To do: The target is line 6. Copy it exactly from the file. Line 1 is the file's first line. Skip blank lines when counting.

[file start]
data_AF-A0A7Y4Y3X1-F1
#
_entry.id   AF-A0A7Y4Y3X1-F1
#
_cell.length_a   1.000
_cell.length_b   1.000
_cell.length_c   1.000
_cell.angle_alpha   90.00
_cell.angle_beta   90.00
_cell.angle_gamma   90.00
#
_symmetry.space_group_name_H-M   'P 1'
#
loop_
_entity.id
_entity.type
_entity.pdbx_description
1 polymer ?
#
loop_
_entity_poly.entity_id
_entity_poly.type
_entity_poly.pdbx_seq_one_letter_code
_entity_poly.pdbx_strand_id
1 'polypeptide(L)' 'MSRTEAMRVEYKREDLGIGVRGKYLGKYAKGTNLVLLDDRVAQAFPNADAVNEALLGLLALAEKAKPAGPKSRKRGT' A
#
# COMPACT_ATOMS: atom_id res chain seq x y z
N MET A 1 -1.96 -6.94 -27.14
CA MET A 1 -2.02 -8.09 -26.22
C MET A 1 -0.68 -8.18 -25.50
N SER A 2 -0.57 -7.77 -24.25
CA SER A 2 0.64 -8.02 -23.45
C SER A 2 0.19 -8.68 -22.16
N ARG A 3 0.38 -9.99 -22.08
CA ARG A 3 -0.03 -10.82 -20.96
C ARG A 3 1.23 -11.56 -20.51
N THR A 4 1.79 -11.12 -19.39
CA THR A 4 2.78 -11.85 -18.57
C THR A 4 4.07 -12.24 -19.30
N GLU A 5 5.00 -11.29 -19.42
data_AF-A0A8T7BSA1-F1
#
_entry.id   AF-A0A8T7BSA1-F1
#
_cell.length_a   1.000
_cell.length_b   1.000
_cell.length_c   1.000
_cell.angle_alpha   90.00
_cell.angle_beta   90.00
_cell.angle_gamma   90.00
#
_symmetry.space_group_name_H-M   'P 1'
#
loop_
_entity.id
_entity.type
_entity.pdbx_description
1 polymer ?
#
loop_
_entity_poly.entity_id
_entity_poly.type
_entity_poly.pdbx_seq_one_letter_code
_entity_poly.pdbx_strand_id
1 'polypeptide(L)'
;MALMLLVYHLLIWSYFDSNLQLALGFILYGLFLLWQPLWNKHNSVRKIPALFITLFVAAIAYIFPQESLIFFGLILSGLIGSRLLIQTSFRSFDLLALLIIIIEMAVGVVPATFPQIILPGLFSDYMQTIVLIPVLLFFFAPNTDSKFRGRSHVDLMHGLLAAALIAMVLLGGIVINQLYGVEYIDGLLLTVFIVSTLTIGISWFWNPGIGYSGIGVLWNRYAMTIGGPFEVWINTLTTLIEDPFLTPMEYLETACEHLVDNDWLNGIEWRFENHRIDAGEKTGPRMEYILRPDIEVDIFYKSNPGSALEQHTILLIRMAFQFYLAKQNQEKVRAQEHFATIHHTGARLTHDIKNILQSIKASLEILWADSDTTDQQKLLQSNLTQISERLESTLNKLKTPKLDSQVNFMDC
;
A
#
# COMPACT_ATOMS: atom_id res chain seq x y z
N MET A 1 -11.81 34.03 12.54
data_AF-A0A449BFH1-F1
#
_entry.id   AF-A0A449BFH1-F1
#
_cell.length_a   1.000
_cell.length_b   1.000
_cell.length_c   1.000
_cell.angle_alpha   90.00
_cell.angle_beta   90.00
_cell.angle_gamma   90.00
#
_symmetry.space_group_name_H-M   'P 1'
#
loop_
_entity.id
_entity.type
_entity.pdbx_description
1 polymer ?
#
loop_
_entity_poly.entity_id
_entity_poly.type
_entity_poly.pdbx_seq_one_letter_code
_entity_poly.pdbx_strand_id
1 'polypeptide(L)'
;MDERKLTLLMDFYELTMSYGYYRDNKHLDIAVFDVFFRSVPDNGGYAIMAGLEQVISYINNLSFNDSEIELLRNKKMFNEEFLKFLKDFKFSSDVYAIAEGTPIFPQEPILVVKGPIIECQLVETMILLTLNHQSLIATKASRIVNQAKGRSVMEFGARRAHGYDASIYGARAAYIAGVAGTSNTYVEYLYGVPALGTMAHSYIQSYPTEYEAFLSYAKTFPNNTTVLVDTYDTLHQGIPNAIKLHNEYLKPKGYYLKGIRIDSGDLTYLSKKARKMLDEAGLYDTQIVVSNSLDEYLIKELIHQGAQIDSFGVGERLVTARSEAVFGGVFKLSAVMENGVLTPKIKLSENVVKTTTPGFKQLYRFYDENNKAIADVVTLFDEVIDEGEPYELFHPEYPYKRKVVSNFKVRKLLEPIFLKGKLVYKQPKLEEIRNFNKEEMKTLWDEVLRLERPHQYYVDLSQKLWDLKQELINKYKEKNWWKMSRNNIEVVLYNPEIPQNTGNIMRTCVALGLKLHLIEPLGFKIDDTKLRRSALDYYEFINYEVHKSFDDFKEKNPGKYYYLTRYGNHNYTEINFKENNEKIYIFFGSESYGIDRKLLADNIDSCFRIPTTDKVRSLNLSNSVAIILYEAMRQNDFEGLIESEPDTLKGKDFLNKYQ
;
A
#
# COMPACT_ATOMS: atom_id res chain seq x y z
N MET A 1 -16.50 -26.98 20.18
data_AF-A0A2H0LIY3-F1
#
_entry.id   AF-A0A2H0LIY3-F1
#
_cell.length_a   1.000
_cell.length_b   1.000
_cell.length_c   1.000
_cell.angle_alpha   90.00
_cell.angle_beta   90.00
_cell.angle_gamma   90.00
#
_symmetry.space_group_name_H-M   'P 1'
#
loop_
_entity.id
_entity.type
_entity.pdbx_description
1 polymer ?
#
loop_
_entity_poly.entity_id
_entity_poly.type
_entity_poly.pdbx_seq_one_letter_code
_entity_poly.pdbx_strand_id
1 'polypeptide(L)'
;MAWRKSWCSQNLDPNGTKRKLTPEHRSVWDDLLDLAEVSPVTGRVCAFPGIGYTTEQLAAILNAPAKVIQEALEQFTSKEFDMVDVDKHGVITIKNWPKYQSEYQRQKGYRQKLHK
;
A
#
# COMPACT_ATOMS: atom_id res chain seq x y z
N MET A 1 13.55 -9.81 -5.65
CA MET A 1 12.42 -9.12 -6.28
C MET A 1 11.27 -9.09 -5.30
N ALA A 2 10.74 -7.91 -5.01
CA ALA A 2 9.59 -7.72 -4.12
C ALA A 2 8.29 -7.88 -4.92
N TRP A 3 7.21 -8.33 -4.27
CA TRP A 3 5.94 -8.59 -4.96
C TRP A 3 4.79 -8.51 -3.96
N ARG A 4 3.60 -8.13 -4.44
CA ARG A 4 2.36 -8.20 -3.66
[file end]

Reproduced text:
_cell.length_b   1.000